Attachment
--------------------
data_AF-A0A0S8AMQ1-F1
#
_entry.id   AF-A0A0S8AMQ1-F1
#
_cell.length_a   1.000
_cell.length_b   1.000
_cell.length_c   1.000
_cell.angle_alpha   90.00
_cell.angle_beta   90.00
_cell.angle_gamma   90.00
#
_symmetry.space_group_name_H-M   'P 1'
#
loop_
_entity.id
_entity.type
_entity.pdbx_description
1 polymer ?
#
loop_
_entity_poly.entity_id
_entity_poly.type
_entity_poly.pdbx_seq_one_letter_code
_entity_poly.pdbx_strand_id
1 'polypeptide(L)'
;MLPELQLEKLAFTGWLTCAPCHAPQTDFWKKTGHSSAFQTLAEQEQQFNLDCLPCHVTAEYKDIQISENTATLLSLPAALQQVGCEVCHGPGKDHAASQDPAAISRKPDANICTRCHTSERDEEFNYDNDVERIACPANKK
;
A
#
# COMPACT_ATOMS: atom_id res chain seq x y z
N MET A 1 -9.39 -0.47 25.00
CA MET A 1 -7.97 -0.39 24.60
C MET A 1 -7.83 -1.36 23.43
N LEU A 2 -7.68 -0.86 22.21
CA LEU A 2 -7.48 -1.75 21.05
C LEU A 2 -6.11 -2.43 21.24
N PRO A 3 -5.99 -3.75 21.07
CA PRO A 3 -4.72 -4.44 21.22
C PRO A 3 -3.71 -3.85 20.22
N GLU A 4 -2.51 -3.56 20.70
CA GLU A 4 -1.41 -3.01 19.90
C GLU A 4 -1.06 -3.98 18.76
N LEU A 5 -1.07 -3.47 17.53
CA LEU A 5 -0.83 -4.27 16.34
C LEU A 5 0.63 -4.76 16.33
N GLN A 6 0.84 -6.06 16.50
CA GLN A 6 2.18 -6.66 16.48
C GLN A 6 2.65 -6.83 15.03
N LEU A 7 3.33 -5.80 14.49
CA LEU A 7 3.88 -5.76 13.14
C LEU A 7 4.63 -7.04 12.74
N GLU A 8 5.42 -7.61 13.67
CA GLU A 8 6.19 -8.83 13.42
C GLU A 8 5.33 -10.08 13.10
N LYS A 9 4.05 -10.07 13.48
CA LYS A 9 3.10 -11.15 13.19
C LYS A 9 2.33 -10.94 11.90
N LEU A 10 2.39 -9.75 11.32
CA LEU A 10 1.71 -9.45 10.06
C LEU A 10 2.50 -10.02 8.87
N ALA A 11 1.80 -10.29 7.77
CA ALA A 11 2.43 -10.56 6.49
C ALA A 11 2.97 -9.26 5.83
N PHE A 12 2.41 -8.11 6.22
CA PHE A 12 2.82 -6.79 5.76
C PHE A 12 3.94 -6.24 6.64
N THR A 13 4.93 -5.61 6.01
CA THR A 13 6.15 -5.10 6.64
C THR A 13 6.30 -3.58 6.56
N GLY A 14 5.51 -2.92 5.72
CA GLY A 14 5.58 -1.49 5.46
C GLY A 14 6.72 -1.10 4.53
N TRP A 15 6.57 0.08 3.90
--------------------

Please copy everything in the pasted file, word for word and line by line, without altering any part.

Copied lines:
data_AF-A0A0S8AMQ1-F1
#
_entry.id   AF-A0A0S8AMQ1-F1
#
_cell.length_a   1.000
_cell.length_b   1.000
_cell.length_c   1.000
_cell.angle_alpha   90.00
_cell.angle_beta   90.00
_cell.angle_gamma   90.00
#
_symmetry.space_group_name_H-M   'P 1'
#
loop_
_entity.id
_entity.type
_entity.pdbx_description
1 polymer ?
#
loop_
_entity_poly.entity_id
_entity_poly.type
_entity_poly.pdbx_seq_one_letter_code
_entity_poly.pdbx_strand_id
1 'polypeptide(L)'
;MLPELQLEKLAFTGWLTCAPCHAPQTDFWKKTGHSSAFQTLAEQEQQFNLDCLPCHVTAEYKDIQISENTATLLSLPAALQQVGCEVCHGPGKDHAASQDPAAISRKPDANICTRCHTSERDEEFNYDNDVERIACPANKK
;
A
#
# COMPACT_ATOMS: atom_id res chain seq x y z
N MET A 1 -9.39 -0.47 25.00
CA MET A 1 -7.97 -0.39 24.60
C MET A 1 -7.83 -1.36 23.43
N LEU A 2 -7.68 -0.86 22.21
CA LEU A 2 -7.48 -1.75 21.05
C LEU A 2 -6.11 -2.43 21.24
N PRO A 3 -5.99 -3.75 21.07
CA PRO A 3 -4.72 -4.44 21.22
C PRO A 3 -3.71 -3.85 20.22
N GLU A 4 -2.51 -3.56 20.70
CA GLU A 4 -1.41 -3.01 19.90
C GLU A 4 -1.06 -3.98 18.76
N LEU A 5 -1.07 -3.47 17.53
CA LEU A 5 -0.83 -4.27 16.34
C LEU A 5 0.63 -4.76 16.33
N GLN A 6 0.84 -6.06 16.50
CA GLN A 6 2.18 -6.66 16.48
C GLN A 6 2.65 -6.83 15.03
N LEU A 7 3.33 -5.80 14.49
CA LEU A 7 3.88 -5.76 13.14
C LEU A 7 4.63 -7.04 12.74
N GLU A 8 5.42 -7.61 13.67
CA GLU A 8 6.19 -8.83 13.42
C GLU A 8 5.33 -10.08 13.10
N LYS A 9 4.05 -10.07 13.48
CA LYS A 9 3.10 -11.15 13.19
C LYS A 9 2.33 -10.94 11.90
N LEU A 10 2.39 -9.75 11.32
CA LEU A 10 1.71 -9.45 10.06
C LEU A 10 2.50 -10.02 8.87
N ALA A 11 1.80 -10.29 7.77
CA ALA A 11 2.43 -10.56 6.49
C ALA A 11 2.97 -9.26 5.83
N PHE A 12 2.41 -8.11 6.22
CA PHE A 12 2.82 -6.79 5.76
C PHE A 12 3.94 -6.24 6.64
N THR A 13 4.93 -5.61 6.01
CA THR A 13 6.15 -5.10 6.64
C THR A 13 6.30 -3.58 6.56
N GLY A 14 5.51 -2.92 5.72
CA GLY A 14 5.58 -1.49 5.46
C GLY A 14 6.72 -1.10 4.53
N TRP A 15 6.57 0.08 3.90